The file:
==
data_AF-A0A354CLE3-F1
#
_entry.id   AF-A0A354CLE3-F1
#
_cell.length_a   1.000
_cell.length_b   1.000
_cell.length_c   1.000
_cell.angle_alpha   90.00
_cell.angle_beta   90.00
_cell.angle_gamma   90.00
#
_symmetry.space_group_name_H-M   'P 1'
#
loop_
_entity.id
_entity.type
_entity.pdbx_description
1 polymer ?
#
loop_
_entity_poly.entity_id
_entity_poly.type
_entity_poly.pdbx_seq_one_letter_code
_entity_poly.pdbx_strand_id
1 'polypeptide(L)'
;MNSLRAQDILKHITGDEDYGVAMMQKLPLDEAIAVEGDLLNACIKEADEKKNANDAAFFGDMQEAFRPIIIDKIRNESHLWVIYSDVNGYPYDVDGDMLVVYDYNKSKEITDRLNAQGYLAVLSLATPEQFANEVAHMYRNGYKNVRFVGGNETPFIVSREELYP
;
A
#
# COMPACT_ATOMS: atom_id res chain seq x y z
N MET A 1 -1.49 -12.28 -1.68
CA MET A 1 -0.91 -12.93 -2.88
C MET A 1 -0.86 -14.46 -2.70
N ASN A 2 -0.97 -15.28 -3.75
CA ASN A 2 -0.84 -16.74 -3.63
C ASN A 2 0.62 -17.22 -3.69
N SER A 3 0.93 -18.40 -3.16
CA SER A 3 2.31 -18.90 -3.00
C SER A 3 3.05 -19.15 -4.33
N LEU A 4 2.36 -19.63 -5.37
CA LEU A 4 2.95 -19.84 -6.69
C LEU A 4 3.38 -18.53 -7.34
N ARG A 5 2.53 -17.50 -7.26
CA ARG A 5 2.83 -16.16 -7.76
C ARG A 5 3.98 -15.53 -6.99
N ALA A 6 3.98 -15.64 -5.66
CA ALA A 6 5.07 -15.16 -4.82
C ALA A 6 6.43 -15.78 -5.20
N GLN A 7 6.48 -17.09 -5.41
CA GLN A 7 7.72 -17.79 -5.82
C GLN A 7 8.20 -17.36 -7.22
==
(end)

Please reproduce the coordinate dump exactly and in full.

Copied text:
data_AF-A0A354CLE3-F1
#
_entry.id   AF-A0A354CLE3-F1
#
_cell.length_a   1.000
_cell.length_b   1.000
_cell.length_c   1.000
_cell.angle_alpha   90.00
_cell.angle_beta   90.00
_cell.angle_gamma   90.00
#
_symmetry.space_group_name_H-M   'P 1'
#
loop_
_entity.id
_entity.type
_entity.pdbx_description
1 polymer ?
#
loop_
_entity_poly.entity_id
_entity_poly.type
_entity_poly.pdbx_seq_one_letter_code
_entity_poly.pdbx_strand_id
1 'polypeptide(L)'
;MNSLRAQDILKHITGDEDYGVAMMQKLPLDEAIAVEGDLLNACIKEADEKKNANDAAFFGDMQEAFRPIIIDKIRNESHLWVIYSDVNGYPYDVDGDMLVVYDYNKSKEITDRLNAQGYLAVLSLATPEQFANEVAHMYRNGYKNVRFVGGNETPFIVSREELYP
;
A
#
# COMPACT_ATOMS: atom_id res chain seq x y z
N MET A 1 -1.49 -12.28 -1.68
CA MET A 1 -0.91 -12.93 -2.88
C MET A 1 -0.86 -14.46 -2.70
N ASN A 2 -0.97 -15.28 -3.75
CA ASN A 2 -0.84 -16.74 -3.63
C ASN A 2 0.62 -17.22 -3.69
N SER A 3 0.93 -18.40 -3.16
CA SER A 3 2.31 -18.90 -3.00
C SER A 3 3.05 -19.15 -4.33
N LEU A 4 2.36 -19.63 -5.37
CA LEU A 4 2.95 -19.84 -6.69
C LEU A 4 3.38 -18.53 -7.34
N ARG A 5 2.53 -17.50 -7.26
CA ARG A 5 2.83 -16.16 -7.76
C ARG A 5 3.98 -15.53 -6.99
N ALA A 6 3.98 -15.64 -5.66
CA ALA A 6 5.07 -15.16 -4.82
C ALA A 6 6.43 -15.78 -5.20
N GLN A 7 6.48 -17.09 -5.41
CA GLN A 7 7.72 -17.79 -5.82
C GLN A 7 8.20 -17.36 -7.22